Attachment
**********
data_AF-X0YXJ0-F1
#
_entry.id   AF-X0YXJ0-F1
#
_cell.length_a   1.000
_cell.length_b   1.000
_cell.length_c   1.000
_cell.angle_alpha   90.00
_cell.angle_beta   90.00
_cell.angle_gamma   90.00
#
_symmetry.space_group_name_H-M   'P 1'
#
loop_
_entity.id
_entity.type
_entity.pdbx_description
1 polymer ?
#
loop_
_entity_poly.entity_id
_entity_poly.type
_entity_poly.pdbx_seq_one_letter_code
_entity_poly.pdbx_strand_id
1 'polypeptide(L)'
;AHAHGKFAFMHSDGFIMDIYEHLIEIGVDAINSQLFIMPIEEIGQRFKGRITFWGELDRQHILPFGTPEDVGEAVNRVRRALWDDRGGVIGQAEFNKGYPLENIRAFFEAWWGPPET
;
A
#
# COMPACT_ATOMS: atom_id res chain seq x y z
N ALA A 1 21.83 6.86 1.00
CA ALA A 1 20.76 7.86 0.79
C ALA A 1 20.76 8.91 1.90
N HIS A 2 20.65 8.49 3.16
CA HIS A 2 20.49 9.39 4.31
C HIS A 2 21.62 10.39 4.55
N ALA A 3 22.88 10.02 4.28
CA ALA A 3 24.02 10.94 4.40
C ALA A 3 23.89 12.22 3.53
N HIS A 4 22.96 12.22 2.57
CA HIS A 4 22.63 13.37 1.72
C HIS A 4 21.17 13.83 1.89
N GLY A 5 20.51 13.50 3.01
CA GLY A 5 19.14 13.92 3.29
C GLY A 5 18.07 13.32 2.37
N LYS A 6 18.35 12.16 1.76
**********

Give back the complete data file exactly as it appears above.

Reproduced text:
data_AF-X0YXJ0-F1
#
_entry.id   AF-X0YXJ0-F1
#
_cell.length_a   1.000
_cell.length_b   1.000
_cell.length_c   1.000
_cell.angle_alpha   90.00
_cell.angle_beta   90.00
_cell.angle_gamma   90.00
#
_symmetry.space_group_name_H-M   'P 1'
#
loop_
_entity.id
_entity.type
_entity.pdbx_description
1 polymer ?
#
loop_
_entity_poly.entity_id
_entity_poly.type
_entity_poly.pdbx_seq_one_letter_code
_entity_poly.pdbx_strand_id
1 'polypeptide(L)'
;AHAHGKFAFMHSDGFIMDIYEHLIEIGVDAINSQLFIMPIEEIGQRFKGRITFWGELDRQHILPFGTPEDVGEAVNRVRRALWDDRGGVIGQAEFNKGYPLENIRAFFEAWWGPPET
;
A
#
# COMPACT_ATOMS: atom_id res chain seq x y z
N ALA A 1 21.83 6.86 1.00
CA ALA A 1 20.76 7.86 0.79
C ALA A 1 20.76 8.91 1.90
N HIS A 2 20.65 8.49 3.16
CA HIS A 2 20.49 9.39 4.31
C HIS A 2 21.62 10.39 4.55
N ALA A 3 22.88 10.02 4.28
CA ALA A 3 24.02 10.94 4.40
C ALA A 3 23.89 12.22 3.53
N HIS A 4 22.96 12.22 2.57
CA HIS A 4 22.63 13.37 1.72
C HIS A 4 21.17 13.83 1.89
N GLY A 5 20.51 13.50 3.01
CA GLY A 5 19.14 13.92 3.29
C GLY A 5 18.07 13.32 2.37
N LYS A 6 18.35 12.16 1.76